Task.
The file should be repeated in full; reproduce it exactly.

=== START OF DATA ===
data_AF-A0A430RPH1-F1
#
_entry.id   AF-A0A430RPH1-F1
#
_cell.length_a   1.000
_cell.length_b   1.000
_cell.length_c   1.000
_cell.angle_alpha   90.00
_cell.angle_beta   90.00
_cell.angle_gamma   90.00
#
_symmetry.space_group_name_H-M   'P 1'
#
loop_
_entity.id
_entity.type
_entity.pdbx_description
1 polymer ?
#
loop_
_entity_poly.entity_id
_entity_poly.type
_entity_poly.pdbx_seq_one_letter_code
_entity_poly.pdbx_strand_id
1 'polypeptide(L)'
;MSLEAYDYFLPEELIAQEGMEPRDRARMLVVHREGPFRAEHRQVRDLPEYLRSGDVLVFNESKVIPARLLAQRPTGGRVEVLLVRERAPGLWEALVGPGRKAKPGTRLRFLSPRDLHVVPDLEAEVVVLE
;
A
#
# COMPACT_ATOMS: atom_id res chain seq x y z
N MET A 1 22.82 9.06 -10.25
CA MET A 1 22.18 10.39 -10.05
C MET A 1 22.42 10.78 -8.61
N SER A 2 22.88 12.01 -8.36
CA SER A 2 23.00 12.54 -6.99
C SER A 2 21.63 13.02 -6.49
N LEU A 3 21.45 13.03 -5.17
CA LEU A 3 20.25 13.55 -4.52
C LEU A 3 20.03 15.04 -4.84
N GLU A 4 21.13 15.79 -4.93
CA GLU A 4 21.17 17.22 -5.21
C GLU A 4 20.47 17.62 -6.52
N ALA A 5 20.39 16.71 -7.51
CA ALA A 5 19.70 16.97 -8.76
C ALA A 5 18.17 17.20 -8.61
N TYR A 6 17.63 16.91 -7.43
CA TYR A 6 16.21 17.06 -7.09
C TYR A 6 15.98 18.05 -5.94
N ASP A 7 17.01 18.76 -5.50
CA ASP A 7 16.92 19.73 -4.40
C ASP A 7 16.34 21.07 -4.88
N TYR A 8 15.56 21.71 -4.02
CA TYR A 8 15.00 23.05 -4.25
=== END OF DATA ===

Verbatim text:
data_AF-A0A430RPH1-F1
#
_entry.id   AF-A0A430RPH1-F1
#
_cell.length_a   1.000
_cell.length_b   1.000
_cell.length_c   1.000
_cell.angle_alpha   90.00
_cell.angle_beta   90.00
_cell.angle_gamma   90.00
#
_symmetry.space_group_name_H-M   'P 1'
#
loop_
_entity.id
_entity.type
_entity.pdbx_description
1 polymer ?
#
loop_
_entity_poly.entity_id
_entity_poly.type
_entity_poly.pdbx_seq_one_letter_code
_entity_poly.pdbx_strand_id
1 'polypeptide(L)'
;MSLEAYDYFLPEELIAQEGMEPRDRARMLVVHREGPFRAEHRQVRDLPEYLRSGDVLVFNESKVIPARLLAQRPTGGRVEVLLVRERAPGLWEALVGPGRKAKPGTRLRFLSPRDLHVVPDLEAEVVVLE
;
A
#
# COMPACT_ATOMS: atom_id res chain seq x y z
N MET A 1 22.82 9.06 -10.25
CA MET A 1 22.18 10.39 -10.05
C MET A 1 22.42 10.78 -8.61
N SER A 2 22.88 12.01 -8.36
CA SER A 2 23.00 12.54 -6.99
C SER A 2 21.63 13.02 -6.49
N LEU A 3 21.45 13.03 -5.17
CA LEU A 3 20.25 13.55 -4.52
C LEU A 3 20.03 15.04 -4.84
N GLU A 4 21.13 15.79 -4.93
CA GLU A 4 21.17 17.22 -5.21
C GLU A 4 20.47 17.62 -6.52
N ALA A 5 20.39 16.71 -7.51
CA ALA A 5 19.70 16.97 -8.76
C ALA A 5 18.17 17.20 -8.61
N TYR A 6 17.63 16.91 -7.43
CA TYR A 6 16.21 17.06 -7.09
C TYR A 6 15.98 18.05 -5.94
N ASP A 7 17.01 18.76 -5.50
CA ASP A 7 16.92 19.73 -4.40
C ASP A 7 16.34 21.07 -4.88
N TYR A 8 15.56 21.71 -4.02
CA TYR A 8 15.00 23.05 -4.25